I'VE been writing a lot about mental health lately on our Breaking the Silence blog as well as for the magazine One in Four.
This has largely involved helping people tell their stories of mental distress.
Posts by Suzie Grogan about her family history and Deerbaby who wrote about a fleeting moment etched on her memory inspired me to find out more about an institution I mentioned in our recent carnival of blog posts about mental illness.
And I've discovered half a story. It's the sort of story the me of 15-20 years ago would have jumped on. I may still do that. Perhaps I could pull a more in-depth report together.
But I never knew that in Feb 1969 24 patients died in a fire there.
They were locked in, despite a previous change in the law that said patients shouldn't be. Most of the patients died from smoke inhalation.
An accident investigation found no night staff had been trained in fire evacuation procedures for at least 20 years despite urgent calls for such training six years earlier. There was a delay of 10 minutes between a nurse first noticing smoke and calling the fire brigade. The report also found that staffing at the hospital was "on the low side".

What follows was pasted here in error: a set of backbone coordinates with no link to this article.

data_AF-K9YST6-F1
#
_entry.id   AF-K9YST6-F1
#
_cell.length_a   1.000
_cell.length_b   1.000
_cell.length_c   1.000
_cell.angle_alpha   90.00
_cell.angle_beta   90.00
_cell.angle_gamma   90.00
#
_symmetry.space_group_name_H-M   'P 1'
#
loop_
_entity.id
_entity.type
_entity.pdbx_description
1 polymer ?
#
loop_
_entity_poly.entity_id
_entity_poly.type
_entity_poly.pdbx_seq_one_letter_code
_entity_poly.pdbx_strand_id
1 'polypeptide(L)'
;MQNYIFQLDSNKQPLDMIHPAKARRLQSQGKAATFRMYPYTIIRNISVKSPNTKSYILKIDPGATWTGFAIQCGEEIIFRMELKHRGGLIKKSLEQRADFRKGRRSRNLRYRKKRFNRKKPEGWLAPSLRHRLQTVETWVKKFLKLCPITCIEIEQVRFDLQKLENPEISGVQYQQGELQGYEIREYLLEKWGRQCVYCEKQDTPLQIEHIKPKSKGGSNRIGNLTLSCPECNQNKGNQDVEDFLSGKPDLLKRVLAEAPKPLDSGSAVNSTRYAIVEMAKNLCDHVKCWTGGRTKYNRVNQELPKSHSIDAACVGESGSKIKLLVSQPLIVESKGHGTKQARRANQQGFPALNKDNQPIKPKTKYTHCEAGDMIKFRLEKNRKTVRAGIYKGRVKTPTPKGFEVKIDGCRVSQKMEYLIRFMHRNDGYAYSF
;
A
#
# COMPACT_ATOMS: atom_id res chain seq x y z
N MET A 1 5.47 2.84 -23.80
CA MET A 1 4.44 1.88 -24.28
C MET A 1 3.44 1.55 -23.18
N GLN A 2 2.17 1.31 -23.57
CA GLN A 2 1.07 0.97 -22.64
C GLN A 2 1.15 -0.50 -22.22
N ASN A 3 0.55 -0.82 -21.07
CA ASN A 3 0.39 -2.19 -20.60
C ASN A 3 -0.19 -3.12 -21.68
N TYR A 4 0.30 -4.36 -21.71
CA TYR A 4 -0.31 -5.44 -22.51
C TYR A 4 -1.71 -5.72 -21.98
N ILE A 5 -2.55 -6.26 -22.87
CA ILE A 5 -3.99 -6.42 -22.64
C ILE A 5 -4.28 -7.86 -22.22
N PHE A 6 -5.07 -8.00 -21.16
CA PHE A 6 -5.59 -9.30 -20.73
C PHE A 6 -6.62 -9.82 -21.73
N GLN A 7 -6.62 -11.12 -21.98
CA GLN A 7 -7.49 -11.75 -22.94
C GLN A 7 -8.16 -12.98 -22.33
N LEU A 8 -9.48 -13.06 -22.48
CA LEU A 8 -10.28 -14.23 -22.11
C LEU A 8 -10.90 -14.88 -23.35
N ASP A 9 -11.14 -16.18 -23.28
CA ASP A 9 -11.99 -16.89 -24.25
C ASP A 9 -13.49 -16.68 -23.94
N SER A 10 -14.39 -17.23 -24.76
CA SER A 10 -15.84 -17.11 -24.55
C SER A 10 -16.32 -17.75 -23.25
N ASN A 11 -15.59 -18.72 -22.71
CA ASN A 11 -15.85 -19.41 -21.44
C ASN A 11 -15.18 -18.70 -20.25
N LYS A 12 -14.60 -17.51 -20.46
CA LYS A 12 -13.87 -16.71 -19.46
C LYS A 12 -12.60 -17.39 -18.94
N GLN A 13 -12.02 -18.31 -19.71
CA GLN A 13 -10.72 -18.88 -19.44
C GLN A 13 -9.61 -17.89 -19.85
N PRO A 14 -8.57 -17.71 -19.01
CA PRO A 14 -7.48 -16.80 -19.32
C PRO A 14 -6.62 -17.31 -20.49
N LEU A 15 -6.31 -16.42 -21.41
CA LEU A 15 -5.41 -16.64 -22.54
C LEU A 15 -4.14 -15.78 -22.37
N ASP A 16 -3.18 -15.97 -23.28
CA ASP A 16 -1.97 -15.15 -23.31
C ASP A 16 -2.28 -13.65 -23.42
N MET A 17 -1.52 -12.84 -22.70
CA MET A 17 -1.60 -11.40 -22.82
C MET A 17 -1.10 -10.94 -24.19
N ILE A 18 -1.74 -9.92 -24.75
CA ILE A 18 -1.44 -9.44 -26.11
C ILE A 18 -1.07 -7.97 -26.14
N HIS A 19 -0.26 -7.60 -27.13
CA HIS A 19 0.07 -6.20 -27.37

I'm thinking I'd like to go to my home town and see the local coverage that followed, track down relatives of people who died and see what they remember of what happened and what action, if any they took after the fire.
The 24 patients who died were described as elderly women. Things were said to be made worse by the age of the building, referred to in the Hansard report of questions on the subject in the immediate aftermath as “Constructed 14 years before the Indian Mutiny,” and by the fact that women patients were routinely locked in their ward at night.
Staffing was also questioned after the event – only two qualified nurses and a junior to oversee almost 100 severely mentally ill women, some of whom couldn't move from their beds.
Questions were asked in the House of Commons about the fire and fire reporting was reviewed in the wake of the tragedy.
I find this fascinating.
And I think I'd like to know more.